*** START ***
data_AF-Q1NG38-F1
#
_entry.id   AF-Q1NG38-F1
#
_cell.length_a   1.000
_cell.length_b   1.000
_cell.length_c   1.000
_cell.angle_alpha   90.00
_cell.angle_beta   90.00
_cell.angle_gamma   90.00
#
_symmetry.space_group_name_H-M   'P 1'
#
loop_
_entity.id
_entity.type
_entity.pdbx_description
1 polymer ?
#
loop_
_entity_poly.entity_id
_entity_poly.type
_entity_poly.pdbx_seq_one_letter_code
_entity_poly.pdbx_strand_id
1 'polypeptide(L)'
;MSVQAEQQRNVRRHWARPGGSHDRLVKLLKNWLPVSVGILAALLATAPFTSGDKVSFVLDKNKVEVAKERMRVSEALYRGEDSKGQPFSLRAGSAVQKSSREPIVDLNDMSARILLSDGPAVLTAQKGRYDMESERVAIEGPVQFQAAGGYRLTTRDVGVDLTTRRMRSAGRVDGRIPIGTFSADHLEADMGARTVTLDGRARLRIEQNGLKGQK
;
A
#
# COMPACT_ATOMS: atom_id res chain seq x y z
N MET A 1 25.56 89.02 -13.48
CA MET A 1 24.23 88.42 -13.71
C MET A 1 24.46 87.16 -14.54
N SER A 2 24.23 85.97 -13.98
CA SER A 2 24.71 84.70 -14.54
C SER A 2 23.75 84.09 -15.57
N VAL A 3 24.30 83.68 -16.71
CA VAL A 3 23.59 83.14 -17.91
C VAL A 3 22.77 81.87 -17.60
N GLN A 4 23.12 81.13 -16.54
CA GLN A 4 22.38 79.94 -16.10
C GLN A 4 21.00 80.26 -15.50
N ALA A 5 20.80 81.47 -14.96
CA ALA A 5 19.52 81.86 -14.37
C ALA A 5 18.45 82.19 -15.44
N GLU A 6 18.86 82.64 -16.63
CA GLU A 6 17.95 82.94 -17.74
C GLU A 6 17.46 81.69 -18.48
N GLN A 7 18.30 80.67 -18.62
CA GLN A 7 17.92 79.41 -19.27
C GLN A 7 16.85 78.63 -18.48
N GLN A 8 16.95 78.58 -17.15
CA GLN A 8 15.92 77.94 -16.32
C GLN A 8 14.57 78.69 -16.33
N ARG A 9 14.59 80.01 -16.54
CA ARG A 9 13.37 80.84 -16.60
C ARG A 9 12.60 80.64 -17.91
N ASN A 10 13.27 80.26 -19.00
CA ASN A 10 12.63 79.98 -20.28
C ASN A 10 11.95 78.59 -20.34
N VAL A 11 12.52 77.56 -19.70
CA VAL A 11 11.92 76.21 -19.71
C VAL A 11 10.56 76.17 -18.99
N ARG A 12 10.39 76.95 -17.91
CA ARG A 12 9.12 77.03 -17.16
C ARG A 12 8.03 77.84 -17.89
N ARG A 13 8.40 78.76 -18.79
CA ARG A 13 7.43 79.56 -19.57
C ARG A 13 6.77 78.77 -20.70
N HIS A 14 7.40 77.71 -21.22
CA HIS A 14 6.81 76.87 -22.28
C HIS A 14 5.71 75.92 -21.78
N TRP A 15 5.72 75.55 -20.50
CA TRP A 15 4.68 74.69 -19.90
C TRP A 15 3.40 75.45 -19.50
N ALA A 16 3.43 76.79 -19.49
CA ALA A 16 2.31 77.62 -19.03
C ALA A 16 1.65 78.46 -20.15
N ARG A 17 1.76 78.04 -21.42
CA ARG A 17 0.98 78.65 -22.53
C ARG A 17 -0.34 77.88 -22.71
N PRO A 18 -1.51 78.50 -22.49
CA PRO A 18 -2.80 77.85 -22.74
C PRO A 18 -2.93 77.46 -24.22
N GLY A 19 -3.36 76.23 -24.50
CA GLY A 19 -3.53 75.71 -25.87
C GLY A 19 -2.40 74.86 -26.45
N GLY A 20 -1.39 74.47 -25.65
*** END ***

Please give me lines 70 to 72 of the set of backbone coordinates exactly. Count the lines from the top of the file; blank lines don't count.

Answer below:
N HIS A 14 7.40 77.71 -21.22
CA HIS A 14 6.81 76.87 -22.28
C HIS A 14 5.71 75.92 -21.78